The stress and contention involved in a Florida divorce often increase when your marital property includes a closely-held business. The way the courts view property can affect the valuation and may considerably influence your settlement.
According to Ellrich, Neal, Smith & Stohlman, P.A., many Florida appraisers use an asset value method when valuing a business for divorce purposes.
Asset-based valuation methods
All of the asset-based methods consider tangible assets, such as furniture and equipment. However, they are also flexible enough to take intangible assets, such as technology, into consideration.
An asset accumulation valuation identifies the assets and liabilities of your business, similar to a balance sheet, and assigns them value. It also encompasses internally generated intangible assets, such as patents, trademarks, and trade secrets. The value of the company is the difference between the assets and liabilities.
A modified version of the asset valuation method is the excess earnings approach. It takes the entity’s tangible assets and liabilities into consideration and integrates the income approach. This method uses formulas and historical information to help predict profits and cash flow, which affects the company’s value. The formulas encompass the rate of risk or return and future benefits. An excess earnings valuation also allows for the determination of your business’s goodwill.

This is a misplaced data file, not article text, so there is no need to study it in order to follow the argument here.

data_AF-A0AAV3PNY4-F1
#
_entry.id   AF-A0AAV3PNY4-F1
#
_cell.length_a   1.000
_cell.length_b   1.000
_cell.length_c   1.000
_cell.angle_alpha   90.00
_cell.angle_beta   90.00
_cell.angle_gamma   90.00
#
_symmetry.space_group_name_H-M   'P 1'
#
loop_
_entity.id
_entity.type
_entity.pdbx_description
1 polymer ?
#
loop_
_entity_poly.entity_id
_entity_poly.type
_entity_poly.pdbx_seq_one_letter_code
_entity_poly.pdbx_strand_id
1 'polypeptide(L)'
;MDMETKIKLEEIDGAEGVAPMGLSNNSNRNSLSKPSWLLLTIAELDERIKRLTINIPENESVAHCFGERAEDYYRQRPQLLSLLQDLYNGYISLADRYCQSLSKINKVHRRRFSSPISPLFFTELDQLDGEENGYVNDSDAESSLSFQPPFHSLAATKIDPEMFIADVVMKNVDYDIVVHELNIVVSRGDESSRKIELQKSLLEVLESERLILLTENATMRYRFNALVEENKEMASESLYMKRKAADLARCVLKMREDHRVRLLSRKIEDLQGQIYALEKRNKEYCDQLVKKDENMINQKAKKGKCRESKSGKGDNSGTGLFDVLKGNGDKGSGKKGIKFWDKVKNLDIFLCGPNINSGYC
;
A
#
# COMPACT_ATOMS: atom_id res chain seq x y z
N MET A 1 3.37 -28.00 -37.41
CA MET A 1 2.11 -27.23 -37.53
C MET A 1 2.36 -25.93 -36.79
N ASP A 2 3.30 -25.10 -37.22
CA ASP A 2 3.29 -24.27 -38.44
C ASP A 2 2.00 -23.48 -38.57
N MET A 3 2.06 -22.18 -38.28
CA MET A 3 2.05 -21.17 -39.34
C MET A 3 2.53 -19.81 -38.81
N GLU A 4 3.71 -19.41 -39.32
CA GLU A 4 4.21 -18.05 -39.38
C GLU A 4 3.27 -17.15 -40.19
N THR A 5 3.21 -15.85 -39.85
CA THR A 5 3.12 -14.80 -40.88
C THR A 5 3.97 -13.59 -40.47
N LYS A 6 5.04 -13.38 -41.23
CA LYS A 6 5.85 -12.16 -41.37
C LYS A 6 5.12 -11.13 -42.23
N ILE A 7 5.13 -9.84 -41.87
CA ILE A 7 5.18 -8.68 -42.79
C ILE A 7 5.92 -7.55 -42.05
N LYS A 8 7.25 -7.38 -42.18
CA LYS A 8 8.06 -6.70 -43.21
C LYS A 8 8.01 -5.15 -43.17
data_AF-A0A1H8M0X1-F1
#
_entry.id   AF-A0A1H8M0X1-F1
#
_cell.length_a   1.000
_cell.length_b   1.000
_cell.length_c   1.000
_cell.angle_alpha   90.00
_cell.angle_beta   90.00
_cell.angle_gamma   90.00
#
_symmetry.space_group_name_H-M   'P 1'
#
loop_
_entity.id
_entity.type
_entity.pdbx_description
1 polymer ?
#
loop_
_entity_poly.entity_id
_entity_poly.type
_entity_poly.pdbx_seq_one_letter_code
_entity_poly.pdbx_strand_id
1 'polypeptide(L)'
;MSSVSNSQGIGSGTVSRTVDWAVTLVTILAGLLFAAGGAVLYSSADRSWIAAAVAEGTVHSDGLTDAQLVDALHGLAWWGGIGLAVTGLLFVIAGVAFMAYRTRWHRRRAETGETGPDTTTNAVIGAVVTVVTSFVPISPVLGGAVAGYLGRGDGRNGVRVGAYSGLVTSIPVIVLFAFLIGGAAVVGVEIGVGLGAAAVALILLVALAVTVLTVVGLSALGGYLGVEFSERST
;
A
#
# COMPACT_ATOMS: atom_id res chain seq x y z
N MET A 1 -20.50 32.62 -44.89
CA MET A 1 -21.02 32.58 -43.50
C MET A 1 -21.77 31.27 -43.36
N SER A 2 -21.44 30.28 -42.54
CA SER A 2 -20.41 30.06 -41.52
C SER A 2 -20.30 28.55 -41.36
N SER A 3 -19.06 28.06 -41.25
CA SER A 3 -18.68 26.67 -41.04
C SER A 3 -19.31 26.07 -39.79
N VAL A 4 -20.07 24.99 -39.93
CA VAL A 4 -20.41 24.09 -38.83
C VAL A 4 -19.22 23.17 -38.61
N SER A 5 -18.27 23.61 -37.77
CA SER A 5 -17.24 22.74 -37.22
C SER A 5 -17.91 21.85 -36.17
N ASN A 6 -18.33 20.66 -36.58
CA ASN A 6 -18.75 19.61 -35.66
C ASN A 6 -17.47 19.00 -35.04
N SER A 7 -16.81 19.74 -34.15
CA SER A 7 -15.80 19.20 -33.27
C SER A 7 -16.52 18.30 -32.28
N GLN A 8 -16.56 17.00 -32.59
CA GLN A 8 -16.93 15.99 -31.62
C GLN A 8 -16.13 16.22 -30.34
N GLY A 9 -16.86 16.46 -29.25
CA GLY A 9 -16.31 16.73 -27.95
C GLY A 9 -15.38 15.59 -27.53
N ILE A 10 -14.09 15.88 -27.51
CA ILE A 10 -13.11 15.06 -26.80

Business and personal goodwill
The term “goodwill” describes an entity’s intangible value and goes beyond identifiable assets. Business goodwill includes long-term contracts, an established workforce, and a recognizable brand. Personal goodwill relates to the reputation and skills of an individual owner. Although the business goodwill transfers if you sell the company, personal goodwill does not.
The court views business goodwill as a marital asset and subject to equitable distribution. However, personal goodwill gets left out of the valuation. As a result, the valuation may not be as high as you anticipate. Understanding what the courts consider marital property is essential for negotiating an appropriate settlement.